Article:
New York University announced a plan last Friday to save $25 through an administrative hiring freeze and restructuring. While the school announced the plan in the name of efficiency and passing the savings onto the students, a memo from NYU President John Sexton placed the blame squarely on NYU's "high ratio of dreams to resources," also calling out "a world where financial markets are in turmoil, the US economy and currency are weakening, and our elected officials are raising serious questions about higher education." Not to mention that today's generation of high school students has never even heard of Felicity, and the Olsens have been gone for years. Details of the hiring freeze at NYUNews, Sexton's full memo after the jump.

From: NYU President John Sexton

Date: February 27, 2008 4:47:07 PM EST

Subject: Administrative Efficiencies and University Resources

New York University is a remarkable institution with accomplishments over the

past twenty-five years that are unrivaled among universities. A key reason for

this is our willingness to take prudent risks, and a second reason is our

constant drive for improvement, knowing that we can do better as individuals

and as a community. Many of these initiatives involve starting innovative

programs, hiring and retaining excellent faculty, building new facilities, and

recruiting outstanding students. Dedicated administrators who often face an

amazingly complex environment provide the support to allow our academic efforts

to flourish.

Despite these impressive accomplishments, NYU continues to have a high ratio of

dreams to resources. In a world where financial markets are in turmoil, the US

economy and currency are weakening, and our elected officials are raising

serious questions about higher education, we need to examine continuously how

our University functions and be sure that we are using our resources as

optimally as possible. In our current environment, this will require finding

new ways of supporting our academic enterprise.

Each year Deans, the Senate Financial Affairs Committee, the Board of

Trustees, a group of financial analysts, and the University leadership develop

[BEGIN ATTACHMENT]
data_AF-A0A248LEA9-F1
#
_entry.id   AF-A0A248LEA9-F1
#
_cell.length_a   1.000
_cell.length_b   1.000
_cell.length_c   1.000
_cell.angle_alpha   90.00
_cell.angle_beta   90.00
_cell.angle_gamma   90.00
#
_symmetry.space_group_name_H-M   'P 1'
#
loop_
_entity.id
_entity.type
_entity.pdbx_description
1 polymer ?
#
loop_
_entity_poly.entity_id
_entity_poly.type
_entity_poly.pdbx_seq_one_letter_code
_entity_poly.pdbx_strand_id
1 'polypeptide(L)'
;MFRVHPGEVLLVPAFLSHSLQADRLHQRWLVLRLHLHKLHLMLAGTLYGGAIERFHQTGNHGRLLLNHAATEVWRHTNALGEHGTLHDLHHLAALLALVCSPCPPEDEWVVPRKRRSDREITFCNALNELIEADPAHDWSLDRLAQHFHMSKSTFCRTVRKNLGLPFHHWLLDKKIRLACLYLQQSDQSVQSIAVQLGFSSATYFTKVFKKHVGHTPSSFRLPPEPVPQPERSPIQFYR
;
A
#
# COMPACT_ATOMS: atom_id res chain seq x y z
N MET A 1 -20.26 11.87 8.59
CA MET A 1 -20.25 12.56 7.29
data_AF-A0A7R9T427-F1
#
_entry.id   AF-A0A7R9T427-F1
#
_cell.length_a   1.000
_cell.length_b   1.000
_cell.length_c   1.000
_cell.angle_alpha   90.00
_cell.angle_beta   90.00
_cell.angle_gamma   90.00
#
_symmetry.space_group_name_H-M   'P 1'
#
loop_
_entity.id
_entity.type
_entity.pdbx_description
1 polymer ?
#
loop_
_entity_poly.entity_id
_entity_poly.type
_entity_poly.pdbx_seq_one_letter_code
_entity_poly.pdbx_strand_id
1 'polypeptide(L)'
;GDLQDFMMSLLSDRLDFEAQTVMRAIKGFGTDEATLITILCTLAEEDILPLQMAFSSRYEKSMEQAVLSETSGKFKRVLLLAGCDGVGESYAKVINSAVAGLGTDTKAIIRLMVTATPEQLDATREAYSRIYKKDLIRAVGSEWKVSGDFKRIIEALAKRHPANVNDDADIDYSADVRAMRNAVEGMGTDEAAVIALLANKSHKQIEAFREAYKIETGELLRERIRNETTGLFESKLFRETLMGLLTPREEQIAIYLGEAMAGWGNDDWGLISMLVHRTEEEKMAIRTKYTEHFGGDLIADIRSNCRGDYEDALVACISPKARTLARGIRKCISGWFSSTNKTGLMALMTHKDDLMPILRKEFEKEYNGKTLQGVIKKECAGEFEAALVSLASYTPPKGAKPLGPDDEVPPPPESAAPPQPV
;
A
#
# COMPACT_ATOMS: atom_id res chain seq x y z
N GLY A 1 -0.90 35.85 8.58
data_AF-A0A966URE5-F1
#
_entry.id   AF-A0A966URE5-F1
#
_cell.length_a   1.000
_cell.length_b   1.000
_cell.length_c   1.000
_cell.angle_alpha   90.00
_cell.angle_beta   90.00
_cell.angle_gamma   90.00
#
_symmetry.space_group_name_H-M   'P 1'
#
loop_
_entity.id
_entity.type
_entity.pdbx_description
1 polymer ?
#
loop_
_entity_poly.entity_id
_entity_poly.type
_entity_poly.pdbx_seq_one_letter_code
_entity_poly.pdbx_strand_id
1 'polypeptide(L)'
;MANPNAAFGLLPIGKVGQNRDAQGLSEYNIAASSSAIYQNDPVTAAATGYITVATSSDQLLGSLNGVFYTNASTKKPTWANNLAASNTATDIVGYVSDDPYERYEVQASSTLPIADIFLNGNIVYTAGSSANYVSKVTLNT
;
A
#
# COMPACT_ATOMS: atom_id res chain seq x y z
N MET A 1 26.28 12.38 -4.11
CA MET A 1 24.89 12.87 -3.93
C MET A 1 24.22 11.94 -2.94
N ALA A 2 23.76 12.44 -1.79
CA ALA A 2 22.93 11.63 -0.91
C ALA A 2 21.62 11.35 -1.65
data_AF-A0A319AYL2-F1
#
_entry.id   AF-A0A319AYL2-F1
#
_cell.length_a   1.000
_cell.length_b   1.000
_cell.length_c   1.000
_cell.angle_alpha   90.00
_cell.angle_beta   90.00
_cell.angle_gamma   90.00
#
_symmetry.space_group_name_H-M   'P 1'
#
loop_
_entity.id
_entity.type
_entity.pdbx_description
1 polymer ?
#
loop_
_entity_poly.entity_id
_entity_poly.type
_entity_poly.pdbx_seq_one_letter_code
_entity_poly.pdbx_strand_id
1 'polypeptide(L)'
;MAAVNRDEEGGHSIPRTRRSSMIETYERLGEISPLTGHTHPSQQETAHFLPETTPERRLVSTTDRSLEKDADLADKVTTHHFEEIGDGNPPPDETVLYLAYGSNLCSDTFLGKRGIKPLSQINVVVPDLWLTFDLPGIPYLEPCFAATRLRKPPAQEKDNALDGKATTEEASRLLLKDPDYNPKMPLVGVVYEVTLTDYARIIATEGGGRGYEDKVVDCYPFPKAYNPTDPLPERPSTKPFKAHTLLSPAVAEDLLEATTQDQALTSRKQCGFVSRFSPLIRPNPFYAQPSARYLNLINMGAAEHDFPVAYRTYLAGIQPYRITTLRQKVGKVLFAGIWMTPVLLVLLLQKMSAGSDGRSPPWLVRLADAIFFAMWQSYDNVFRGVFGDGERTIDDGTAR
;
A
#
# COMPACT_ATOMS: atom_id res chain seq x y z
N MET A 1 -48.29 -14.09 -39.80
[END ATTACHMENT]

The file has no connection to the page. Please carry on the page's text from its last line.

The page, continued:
the budget for NYU. It is a daunting task to set priorities recognizing the

diverse interests of students, faculty and administrators; the high costs in

New York City; the need to keep NYU on solid financial footing; and most

importantly, the amazing dreams of our students, faculty and schools. I

believe we have achieved an excellent balance in recent years attaining many of

our goals while stabilizing and enhancing our fiscal position. For example,

the Partners Plan has been very successful in expanding the size and quality of

our faculty at the University's Arts and Sciences core with linkages throughout

all of NYU; we have made a substantial investment in student well-being through

our residence and health programs, an investment which has helped to increase

student retention and graduation rates significantly; and we have invested more

than one billion dollars since 2002 in new and improved facilities that have

enhanced all schools at NYU.

Even though NYU's budget and long-term financial plan are stronger than in many

years, looking forward, the tools that have served us well for the past half-

dozen years are no longer sufficient to ensure that the University can continue

on a trajectory to improvement without adaptation to new realities. Most would

agree that the country is facing serious economic and financial challenges, and

federal and many state governments have reacted by reducing support for

research and higher education. This will have an impact on NYU's financial

situation even as NYU and each of its schools have identified numerous capital

projects that will require many billions of dollars to complete in the coming


In response to these challenges, the University Administration has decided to

achieve new and greater efficiencies in administration through a fundamental

restructuring of the way we look at operations and how they are funded. To be

sure, positioning the University for success now, as well as in the future,

will require an enormous commitment from all sectors in our community. I write

to you today to explain what we have done so far, and what we intend to do in

the coming years.

Beginning several years ago, NYU switched to a long-term budget approach that